Save JJ Abrams and Star Wars: The Force Awakens I don’t think any director or film has had such a weight on their shoulders or such ardent fans to please. To say Fantastic Beasts had a lot to live up to would be an understatement. The Potter books and films have changed the world. Returning Potter Director David Yates had a task and a half on his hands, so too did JK Rowling who takes script writing reins here (and for the subsequent four installments).
And did they pull it off?
The familiar Potter soundtrack plays as the Warner Bros logo hovers forward through dark clouds… The opening sequence is slightly ambiguous, giving way to the familiar montage of Daily Prophet headlines about a dark wizard. But not the dark wizard we’re all familiar with. Grindelwald takes over bad-guy duties from Voldemort for this franchise and even though he doesn’t yet take centre stage, his menacing presence conjures some solid atmosphere.
Atmosphere is what David Yates does best, and the foreboding he brought to the final four Potter films is evident from the first few seconds of Fantastic Beasts. But Yates also brought style and awe to his Potter films and he doesn’t hold back on either with Fantastic Beasts. Every scene is rich in detail, most of which isn’t spotted until second or third viewings. The 1920’s New York setting is a big change from the epic landscapes and castle corridors of Hogwarts that we’re used to, but it’s just as compelling and makes Rowling’s world seem that much more real and sprawling.
Eddie Redmayne had a tough responsibility too, taking over protagonist duties from Harry, Ron and Hermione and having to carry what is essentially an origin story for the Fantasic Beasts series. Redmayne himself can’t be faulted. Newt Scamander is awkward, bumbling, avoiding eye contact and generally rubbing people up the wrong way, more Sherlock Holmes than Harry Potter. But at times Scamander doesn’t feel like the protagonist, mostly going along with what is happening rather than forwarding the plot. The other actors and their characters suffer the same, taking a step back so the world-building, plot and set-up can all be handled. The characters will be fleshed out in the next installment, but for now they’re not as compelling as Harry, Ron and Hermione. Where Rowling’s script does excel is in how contemporary it’s morals are. There are more than a few allusions to the divisions of today’s society, the prejudices and political turmoil and despite it’s period setting, Fantastic Beasts is never old-fashioned.
For all its awesome special effects and spectacle, slick directing and great acting, Fantastic Beasts is not perfect. Rowling’s script is sharp when it comes to dialogue, but a bit thin in story. The first film was always going to be more about set-up than story, and it is the case here. A slow first half and a slump in the middle throw the pacing off, and there is never a clear main plot to invest in. Gathering up the escaped Fantastic Beasts offers plenty of chances for great set pieces (Scamander’s imitation of a mating ritual, a chase sequence in a department store among a memorable dozen) but it isn’t strong enough to be the bones of a film. The various other sub-plots are interesting but, can at times feel all over the place and until the final, massively impressive, climax Fantastic Beasts is as scatterbrained as it’s main character.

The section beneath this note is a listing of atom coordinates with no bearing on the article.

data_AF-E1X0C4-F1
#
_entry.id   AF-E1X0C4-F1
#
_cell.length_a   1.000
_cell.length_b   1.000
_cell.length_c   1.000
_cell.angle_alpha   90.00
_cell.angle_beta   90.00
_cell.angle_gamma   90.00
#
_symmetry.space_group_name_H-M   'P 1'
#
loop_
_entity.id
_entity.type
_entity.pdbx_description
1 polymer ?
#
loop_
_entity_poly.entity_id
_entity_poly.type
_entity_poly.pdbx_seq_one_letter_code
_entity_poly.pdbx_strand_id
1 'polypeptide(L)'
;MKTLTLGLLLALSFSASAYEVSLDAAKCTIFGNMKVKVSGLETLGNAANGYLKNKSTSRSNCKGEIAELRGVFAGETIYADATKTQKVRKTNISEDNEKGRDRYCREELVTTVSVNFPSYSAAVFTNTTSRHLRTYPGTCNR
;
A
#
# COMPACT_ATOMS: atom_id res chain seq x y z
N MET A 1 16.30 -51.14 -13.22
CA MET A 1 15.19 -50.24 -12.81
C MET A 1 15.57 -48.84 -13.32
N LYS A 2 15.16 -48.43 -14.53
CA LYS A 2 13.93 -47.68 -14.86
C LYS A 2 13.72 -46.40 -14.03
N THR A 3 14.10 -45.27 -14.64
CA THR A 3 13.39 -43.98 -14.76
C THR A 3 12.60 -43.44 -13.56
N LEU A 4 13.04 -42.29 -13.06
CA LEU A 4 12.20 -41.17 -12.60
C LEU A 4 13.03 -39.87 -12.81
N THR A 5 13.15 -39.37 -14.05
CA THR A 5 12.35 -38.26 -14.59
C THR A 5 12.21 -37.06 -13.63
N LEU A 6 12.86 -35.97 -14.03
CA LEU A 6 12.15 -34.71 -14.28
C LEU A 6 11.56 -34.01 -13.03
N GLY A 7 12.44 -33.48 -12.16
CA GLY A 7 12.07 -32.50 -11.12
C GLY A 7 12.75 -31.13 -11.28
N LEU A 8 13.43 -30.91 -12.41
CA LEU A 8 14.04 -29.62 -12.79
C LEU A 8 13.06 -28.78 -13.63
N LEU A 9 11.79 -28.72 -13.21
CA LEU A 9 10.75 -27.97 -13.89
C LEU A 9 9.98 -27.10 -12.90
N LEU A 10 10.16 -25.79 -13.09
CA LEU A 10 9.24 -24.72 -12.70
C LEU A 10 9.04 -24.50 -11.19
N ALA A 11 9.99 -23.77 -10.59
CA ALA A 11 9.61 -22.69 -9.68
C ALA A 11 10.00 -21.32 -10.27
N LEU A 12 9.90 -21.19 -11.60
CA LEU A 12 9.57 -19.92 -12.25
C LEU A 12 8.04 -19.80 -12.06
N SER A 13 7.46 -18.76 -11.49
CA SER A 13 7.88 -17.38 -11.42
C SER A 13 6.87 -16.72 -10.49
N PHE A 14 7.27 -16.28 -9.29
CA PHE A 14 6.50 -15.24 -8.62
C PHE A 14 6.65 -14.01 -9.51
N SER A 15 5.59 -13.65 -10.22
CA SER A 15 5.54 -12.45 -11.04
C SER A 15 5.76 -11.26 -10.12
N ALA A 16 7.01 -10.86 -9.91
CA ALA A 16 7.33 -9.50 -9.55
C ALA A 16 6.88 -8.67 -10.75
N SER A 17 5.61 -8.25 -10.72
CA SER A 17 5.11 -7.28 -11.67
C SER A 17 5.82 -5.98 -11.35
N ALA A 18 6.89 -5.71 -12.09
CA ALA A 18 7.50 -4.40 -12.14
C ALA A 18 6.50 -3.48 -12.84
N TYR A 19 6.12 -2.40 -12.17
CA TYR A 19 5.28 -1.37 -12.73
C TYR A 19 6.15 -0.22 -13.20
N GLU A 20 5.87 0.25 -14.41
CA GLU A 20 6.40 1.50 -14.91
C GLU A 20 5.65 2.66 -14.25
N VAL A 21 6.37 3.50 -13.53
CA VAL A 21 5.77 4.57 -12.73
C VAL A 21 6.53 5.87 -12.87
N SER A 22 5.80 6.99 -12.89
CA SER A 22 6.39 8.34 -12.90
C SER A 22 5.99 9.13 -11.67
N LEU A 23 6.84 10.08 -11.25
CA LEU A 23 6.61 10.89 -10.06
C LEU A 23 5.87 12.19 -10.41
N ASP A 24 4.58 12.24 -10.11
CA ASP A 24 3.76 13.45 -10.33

But in that impressive climax, with a twist that I didn’t see coming and which I defy anyone to guess beforehand, and Yates’ pitch-perfect directing, the stunning CGI and photography, Fantastic Beasts does deliver a prequel worthy of the Potter films. Fans will be grinning at foreshadowings and at the mere joy of being back in the Wizarding World and newcomers may be a little confused but will find plenty of enjoyment.
Fantastic Beasts is not perfect, but neither were any of the Potter films. It had a tough task of setting up a world, story and characters, and overall… it pulled it off and promises great things for future installments.
Have you seen Fantastic Beasts yet? What did you think?
It’s the mark of a great author and a greater book when you’re reading it and forget about everything else. You forget where you are, that you’ve got homework to do, or it’s half past two in the morning and you’re still turning the pages. But you’re not really turning the pages; you’re in them, there in the mud with the characters, standing by them on the prow of a ship with the icy, salty wind on your face and your hand clutching the cold pommel of a sword. You don’t just read a Joe Abercrombie book, you live it. Sounds cheesy. But it’s the truth.
Half A King, the predecessor to Half the World, is one of my favourite books of all time, and in my top five books of 2014. It was packed with action, great characters, greater dialogue, humour, epic world building and some of the best, if not the best, high fantasy writing I’ve ever read. I wasn’t a great fan of high fantasy before Abercrombie brought us the Shattered Sea trilogy. High fantasy can be dense with detail and ever-shifting points of view. It can be overlong and rambling. But Half a King was the opposite. Faster paced than most thrillers, Half a King was a read-in-one-sitting book. So Abercrombie had a tough task on his hands delivering a worthy, and better, second novel.
And he’s done it. Half the World is a hundred pages longer than Half a king, but it’s still just as fast paced, still as gripping and well-written. This time around, Yarvi, the Half King of the first book’s title and the main character last time, is now a supporting character (though his motives shape the entire plot of the book). Thorn and Brand are the new protagonists and the POV is split equally between them. Both are great characters, and change a lot over the course of the novel. So much so that it feels as if years pass from page 1 to page 484. The supporting cast are just as well developed. Abercrombie’s trademark humour is evident on almost every page and in almost every character. There are characters to cheer on, hate, love, hate again. By the time page 484 arrived I felt like I knew the characters, had known them for years.